R1] * Binmore, K. and P. Klemperer (2002a), "The Biggest Auction Ever: the Sale of the British 3GTelecom Licences," Economic Journal, Royal Economic Society, vol. 112, 478, pp C74-C96, March.


R2] Bulow, J and P. Klemperer (1996), `Auctions vs. Negotiations' American Economic Review, 86, 1. pp 180-194, March.


R3] ** Bulow, J and P. Klemperer (2009) "Why Do Sellers (Usually) Prefer Auctions?" American Economic Review, American Economic Association, vol. 99 ,4, pp 1544-75, September.


R4] Klemperer, P. (2002b). "What Really Matters in Auction Design," Journal of Economic Perspectives, American Economic Association, vol. 16, 1, pp 169-189, Winter.


R5] Klemperer, P. (2004) Auctions: Theory and Practice, Princeton University Press, Princeton: US.

R6] ** Klemperer, P. (2010) "The Product-Mix Auction: A New Auction Design for Differentiated Goods," Journal of the European Economic Association, 8, 2-3, pp 526-536.


Research quality:

American Economic Review is a "top-5" world leading general-interest journal. It is classed as "AAA" in the Combes-Linnemer (2010) ranking. The AER was rated as "4*" by the ESRC-RES review of UK Economics.

Economic Journal is a leading general-interest journal; it is the UK's top economics journal. It is classed as "AA" in the Combes-Linnemer (2010) ranking. The EJ was rated as "4*" by the ESRC-RES review of UK Economics.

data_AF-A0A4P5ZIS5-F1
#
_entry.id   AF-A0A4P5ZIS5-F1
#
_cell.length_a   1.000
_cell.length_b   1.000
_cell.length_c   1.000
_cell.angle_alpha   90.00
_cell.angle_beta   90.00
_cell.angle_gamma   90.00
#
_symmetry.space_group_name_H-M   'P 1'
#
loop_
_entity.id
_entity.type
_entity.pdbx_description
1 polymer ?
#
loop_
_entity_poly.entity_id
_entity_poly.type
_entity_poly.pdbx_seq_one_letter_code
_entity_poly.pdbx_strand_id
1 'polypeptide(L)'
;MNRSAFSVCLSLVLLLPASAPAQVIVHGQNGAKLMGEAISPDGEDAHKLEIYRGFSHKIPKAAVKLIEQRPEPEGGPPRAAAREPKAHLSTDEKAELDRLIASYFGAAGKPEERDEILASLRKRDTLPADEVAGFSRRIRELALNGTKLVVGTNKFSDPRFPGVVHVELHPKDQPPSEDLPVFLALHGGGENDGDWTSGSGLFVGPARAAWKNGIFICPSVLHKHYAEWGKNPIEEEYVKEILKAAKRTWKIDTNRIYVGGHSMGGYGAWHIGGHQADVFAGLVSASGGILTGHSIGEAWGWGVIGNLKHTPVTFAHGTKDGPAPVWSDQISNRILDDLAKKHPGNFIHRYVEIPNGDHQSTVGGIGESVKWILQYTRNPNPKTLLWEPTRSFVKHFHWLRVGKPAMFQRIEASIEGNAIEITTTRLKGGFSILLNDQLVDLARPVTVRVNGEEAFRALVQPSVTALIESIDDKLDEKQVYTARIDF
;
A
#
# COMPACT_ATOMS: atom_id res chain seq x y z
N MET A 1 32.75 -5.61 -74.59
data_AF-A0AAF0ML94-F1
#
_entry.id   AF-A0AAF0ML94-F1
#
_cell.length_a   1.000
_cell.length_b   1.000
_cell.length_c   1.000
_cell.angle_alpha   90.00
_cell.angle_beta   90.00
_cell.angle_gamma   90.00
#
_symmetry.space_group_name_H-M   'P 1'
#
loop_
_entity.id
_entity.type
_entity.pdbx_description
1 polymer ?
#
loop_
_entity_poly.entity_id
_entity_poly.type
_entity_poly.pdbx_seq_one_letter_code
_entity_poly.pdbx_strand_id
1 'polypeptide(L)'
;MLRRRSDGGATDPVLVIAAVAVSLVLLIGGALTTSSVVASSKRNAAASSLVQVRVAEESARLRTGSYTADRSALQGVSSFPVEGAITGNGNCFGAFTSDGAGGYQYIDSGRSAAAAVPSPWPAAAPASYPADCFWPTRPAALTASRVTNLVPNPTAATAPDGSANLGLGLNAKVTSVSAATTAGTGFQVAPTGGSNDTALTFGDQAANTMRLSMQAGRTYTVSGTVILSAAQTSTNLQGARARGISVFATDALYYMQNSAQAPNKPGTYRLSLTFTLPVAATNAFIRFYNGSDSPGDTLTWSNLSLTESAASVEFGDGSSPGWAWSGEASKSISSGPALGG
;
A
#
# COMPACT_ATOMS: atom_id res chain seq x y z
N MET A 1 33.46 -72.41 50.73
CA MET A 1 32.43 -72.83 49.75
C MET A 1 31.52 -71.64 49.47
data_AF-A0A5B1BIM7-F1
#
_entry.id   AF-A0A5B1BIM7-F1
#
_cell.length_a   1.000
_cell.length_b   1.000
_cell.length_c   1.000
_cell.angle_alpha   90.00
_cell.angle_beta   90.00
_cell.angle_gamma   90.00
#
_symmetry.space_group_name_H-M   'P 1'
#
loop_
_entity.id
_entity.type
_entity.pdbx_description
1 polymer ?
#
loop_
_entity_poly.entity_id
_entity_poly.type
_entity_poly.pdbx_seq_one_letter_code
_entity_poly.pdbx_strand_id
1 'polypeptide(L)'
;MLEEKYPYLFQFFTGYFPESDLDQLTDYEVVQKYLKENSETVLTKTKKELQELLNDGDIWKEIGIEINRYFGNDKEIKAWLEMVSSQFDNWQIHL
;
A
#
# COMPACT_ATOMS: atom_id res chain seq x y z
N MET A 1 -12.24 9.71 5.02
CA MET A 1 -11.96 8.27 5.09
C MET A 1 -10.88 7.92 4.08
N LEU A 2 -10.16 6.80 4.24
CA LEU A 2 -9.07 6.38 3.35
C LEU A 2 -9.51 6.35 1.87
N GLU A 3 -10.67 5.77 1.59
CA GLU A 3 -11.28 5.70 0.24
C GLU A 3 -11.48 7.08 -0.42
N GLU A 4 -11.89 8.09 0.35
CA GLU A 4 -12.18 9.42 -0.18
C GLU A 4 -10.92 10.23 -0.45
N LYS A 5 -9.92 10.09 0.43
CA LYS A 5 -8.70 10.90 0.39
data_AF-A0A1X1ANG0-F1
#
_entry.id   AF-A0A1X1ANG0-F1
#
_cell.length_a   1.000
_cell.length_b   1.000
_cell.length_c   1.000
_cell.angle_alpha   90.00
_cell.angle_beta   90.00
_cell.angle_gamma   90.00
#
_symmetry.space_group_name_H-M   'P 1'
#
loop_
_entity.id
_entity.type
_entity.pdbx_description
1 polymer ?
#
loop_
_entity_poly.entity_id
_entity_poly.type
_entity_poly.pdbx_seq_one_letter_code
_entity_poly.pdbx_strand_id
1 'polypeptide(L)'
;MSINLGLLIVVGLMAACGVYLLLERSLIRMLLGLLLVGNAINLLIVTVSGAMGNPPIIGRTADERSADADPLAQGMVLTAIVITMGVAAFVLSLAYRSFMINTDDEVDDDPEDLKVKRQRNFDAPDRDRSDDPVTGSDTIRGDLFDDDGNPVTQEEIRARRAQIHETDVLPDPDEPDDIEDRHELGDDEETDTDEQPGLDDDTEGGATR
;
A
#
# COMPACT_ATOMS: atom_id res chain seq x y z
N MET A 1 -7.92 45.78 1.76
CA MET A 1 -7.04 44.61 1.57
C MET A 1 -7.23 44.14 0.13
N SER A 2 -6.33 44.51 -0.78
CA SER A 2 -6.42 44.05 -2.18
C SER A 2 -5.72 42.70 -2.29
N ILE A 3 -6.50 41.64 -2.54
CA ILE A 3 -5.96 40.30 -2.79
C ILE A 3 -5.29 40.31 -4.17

Journal of the European Economic Association is a leading general-interest journal. It is classed as "AA" in the Combes-Linnemer (2010) ranking. The JEEA was rated as "4*" by the ESRC-RES review of UK Economics.

Journal of Economic Perspectives is a leading general-interest journal that focuses on research with a strong policy dimension. It is classed as "A" in the Combes-Linnemer (2010) ranking.

* denotes publication returned as part of RAE 2008

** denotes publication returned as part of REF 2014

Details of the impact

The collapse of Northern Rock in 2007 gave rise to an urgent need to inject liquidity into the financial system. Given this, the Bank of England was willing to accept a wider-than-usual range of collateral against loans, but it wanted a correspondingly higher interest rate against any weaker collateral that it accepted. The Bank's existing mechanisms for injecting liquidity into the markets raised a number of significant operational issues (See Fisher et al (2011) for further details -[section 5, C5]). To resolve these issues, the Bank of England consulted Professor Klemperer, a leading researcher in auction theory who had played a major role in the design of the auction for the British 3G telecom licenses in 2000 [C5, p.4 and C6, p.9].

Professor Klemperer's `product mix' auction, described in section 2, directly addresses the Bank of England's problem. In the context of long-term repo operations, the `bidders' in the product-mix auction are the Bank's counterparties, the `differentiated products' or `product varieties' correspond to loans of central bank reserves that the Bank makes against the narrow or the wider collateral set. The prices at which counterparties bid are expressed as a spread (in basis points) to Bank Rate (subject to a minimum spread of zero). The `overall supply constraint' is the pre-announced quantity of central bank reserves that the Bank is willing to supply through the auction.

The product-mix auction meets the Bank's objectives of:

  • Allowing a broader range of collateral;
  • Charging different interest rates for the loans depending on the quality of the collateral in order to reduce moral hazard;
  • Allowing market conditions, as revealed by the bids, to determine both the interest rate premium for inferior collateral and the proportion of inferior collateral accepted; and
  • Permitting borrowers to specify how the collateral they supply will depend on the auction outcome.